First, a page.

Advocates of holding an Article V convention for proposing a Balanced Budget Amendment currently have 28 states with “live” applications to Congress for such a convention. See the red states on the BBA Con-Con Status Map. Only six more states are needed to trigger a risky convention. To ensure they don’t reach 34 states, residents of the 28 states with applications are urged to get rescission resolutions passed.
Residents of targeted and untargeted states are urged to stop the passage of any BBA Con-Con applications in their state legislatures.
A BBA Article V convention would have the inherent power to be a runaway convention that could make harmful changes in the Constitution, including a new ratification procedure, or even completely rewrite it.
Apart from the problems with an Article V convention of any type, a Balanced Budget Amendment itself would tend to legitimize the longstanding usurpations of powers by federal officials by changing the question about legislation from “Is it constitutional?” to “Will it balance the budget?”, thereby moving our nation away from its founding as a constitutional republic (rule of law) and toward being a democracy (rule of men).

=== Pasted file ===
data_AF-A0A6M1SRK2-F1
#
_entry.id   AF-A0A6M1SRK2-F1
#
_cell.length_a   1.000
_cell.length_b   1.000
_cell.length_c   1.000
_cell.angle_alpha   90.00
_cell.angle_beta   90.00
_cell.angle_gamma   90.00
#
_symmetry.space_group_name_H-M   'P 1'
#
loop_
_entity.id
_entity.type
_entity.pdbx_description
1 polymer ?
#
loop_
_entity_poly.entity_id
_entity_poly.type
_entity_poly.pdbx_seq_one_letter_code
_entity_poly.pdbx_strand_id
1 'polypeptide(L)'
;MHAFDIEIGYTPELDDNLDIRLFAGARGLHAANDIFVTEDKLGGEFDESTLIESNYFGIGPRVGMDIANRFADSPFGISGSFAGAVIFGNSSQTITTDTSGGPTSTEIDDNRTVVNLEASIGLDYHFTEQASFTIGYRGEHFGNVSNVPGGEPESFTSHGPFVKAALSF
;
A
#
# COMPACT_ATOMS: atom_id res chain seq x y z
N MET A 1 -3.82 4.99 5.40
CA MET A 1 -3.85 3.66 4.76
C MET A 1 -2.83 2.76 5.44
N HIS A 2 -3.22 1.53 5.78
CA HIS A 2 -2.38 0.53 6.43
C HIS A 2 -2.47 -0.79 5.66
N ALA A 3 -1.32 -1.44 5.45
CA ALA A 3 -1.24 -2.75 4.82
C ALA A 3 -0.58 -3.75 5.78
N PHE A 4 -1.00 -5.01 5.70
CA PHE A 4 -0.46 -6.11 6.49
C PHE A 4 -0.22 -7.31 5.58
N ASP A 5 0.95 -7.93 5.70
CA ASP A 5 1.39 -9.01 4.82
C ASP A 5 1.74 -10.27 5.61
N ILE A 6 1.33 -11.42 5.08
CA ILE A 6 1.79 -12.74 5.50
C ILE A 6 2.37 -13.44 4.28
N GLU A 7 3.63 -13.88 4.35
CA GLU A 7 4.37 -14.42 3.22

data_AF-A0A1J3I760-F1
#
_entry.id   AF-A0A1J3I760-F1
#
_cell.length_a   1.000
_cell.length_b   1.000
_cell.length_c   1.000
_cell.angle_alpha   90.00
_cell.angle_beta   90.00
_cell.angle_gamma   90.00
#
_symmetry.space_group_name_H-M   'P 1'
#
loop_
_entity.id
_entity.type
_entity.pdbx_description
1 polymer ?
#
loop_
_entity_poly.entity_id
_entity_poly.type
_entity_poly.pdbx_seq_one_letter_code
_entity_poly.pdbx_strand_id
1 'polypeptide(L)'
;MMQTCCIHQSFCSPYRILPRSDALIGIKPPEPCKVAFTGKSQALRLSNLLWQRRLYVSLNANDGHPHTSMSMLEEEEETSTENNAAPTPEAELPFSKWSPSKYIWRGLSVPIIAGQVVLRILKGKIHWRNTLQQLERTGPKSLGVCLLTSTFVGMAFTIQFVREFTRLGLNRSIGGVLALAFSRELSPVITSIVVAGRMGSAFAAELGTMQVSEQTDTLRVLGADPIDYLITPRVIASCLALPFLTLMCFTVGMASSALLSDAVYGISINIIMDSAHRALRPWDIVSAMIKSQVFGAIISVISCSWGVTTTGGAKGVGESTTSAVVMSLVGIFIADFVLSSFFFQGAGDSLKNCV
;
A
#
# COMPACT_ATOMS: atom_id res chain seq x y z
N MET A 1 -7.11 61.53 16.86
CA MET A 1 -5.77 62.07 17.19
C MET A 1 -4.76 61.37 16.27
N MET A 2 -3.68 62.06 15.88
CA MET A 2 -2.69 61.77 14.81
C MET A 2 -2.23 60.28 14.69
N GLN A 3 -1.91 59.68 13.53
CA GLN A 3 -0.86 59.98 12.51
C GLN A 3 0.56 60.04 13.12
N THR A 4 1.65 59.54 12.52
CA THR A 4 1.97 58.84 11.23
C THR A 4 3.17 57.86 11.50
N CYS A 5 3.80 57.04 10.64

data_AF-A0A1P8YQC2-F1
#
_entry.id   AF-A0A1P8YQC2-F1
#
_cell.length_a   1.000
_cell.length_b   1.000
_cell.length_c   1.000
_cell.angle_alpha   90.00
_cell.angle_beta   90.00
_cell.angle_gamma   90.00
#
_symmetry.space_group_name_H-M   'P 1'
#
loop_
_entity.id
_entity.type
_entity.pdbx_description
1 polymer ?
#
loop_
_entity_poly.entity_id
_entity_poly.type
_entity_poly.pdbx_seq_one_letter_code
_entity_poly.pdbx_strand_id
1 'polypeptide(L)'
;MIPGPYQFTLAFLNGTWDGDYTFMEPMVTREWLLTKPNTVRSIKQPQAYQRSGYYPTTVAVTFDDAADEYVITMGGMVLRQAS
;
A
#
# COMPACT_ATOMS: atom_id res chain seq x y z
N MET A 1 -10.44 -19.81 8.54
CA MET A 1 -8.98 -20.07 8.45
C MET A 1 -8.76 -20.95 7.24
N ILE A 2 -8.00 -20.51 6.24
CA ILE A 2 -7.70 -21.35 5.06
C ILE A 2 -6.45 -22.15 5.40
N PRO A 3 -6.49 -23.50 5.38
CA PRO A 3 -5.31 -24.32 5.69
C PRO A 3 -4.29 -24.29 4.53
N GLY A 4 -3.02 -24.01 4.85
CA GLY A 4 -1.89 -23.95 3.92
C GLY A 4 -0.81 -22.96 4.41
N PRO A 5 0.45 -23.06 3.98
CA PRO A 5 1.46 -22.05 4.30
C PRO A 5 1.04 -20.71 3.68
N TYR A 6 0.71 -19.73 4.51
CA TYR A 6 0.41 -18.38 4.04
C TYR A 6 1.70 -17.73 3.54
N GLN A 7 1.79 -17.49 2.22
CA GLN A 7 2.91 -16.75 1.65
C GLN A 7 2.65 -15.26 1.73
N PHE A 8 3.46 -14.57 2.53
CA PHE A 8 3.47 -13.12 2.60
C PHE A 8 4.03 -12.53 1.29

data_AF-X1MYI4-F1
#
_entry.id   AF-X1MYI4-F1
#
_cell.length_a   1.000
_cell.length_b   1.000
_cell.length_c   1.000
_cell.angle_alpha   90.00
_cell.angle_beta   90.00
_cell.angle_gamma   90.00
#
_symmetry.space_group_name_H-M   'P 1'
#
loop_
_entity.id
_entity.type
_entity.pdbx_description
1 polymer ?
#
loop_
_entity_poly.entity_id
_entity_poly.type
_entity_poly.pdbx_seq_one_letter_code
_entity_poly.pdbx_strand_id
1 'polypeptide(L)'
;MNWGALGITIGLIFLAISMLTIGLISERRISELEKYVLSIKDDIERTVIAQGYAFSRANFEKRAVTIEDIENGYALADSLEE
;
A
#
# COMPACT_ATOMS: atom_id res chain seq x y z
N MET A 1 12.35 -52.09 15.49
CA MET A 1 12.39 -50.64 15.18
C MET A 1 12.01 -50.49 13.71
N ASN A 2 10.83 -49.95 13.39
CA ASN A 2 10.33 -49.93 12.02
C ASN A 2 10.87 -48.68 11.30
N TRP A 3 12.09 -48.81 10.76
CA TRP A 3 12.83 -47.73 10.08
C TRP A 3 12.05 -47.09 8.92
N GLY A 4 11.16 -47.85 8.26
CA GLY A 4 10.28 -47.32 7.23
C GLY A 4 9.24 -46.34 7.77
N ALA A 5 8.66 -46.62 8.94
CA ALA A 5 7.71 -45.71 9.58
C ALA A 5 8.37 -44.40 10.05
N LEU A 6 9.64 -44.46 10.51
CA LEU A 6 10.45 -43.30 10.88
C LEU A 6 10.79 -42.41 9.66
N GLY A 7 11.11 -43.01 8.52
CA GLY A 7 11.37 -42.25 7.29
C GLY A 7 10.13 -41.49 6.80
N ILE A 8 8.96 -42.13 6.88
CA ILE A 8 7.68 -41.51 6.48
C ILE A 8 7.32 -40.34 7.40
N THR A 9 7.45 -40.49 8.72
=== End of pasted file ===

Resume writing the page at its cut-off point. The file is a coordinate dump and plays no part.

Based on most drafts of Balanced Budget Amendments (BBAs), we would expect a BBA to have loopholes. One example of such a loophole would be: Congress would be exempt from having to balance the federal budget in the event of variously defined national emergencies, such as war, etc. A second example of a BBA loophole would be: Congress would be permitted to approve a deficit budget if 60 percent of both houses of Congress agreed.
A BBA with such loopholes could not be counted on to guarantee an end to budget deficits.